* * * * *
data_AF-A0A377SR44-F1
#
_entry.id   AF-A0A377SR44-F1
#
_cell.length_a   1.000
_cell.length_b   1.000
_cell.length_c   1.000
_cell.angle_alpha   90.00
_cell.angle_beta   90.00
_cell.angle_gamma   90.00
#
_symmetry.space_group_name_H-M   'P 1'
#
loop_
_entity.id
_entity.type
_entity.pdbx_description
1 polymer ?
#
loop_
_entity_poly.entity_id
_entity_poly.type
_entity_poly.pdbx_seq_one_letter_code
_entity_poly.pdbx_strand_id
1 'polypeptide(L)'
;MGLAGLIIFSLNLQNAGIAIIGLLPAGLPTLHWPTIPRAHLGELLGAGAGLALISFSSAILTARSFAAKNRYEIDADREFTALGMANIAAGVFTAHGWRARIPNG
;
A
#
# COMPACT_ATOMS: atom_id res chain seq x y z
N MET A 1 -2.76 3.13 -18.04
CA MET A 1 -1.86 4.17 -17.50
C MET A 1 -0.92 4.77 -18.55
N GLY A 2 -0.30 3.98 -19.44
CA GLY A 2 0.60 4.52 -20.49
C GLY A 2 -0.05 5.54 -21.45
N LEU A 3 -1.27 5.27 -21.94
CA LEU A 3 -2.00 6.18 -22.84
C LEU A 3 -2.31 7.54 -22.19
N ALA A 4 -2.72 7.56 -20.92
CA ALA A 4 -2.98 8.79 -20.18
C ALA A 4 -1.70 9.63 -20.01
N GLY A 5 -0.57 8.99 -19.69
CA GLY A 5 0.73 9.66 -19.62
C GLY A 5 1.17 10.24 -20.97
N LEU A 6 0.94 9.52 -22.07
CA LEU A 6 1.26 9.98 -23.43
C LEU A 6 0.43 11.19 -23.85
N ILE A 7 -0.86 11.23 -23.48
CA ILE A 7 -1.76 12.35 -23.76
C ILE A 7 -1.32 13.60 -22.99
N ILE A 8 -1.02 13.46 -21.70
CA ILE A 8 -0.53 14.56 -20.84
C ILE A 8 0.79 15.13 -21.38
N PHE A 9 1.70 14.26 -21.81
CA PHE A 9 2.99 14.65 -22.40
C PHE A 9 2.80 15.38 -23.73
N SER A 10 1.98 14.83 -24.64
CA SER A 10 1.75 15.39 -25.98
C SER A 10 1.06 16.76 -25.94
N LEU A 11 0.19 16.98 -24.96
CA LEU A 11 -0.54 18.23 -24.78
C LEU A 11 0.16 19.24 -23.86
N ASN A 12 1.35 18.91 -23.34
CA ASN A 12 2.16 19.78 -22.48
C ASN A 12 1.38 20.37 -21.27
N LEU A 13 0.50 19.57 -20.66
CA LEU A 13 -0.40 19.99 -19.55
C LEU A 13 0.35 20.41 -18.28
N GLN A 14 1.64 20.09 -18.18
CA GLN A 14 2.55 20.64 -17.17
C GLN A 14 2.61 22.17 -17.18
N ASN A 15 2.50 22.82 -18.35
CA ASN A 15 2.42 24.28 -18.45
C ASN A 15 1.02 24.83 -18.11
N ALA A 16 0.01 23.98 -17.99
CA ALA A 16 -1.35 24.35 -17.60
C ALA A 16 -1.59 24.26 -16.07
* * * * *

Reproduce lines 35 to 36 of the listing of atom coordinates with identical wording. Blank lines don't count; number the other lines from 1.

CA GLY A 2 0.60 4.52 -20.49
C GLY A 2 -0.05 5.54 -21.45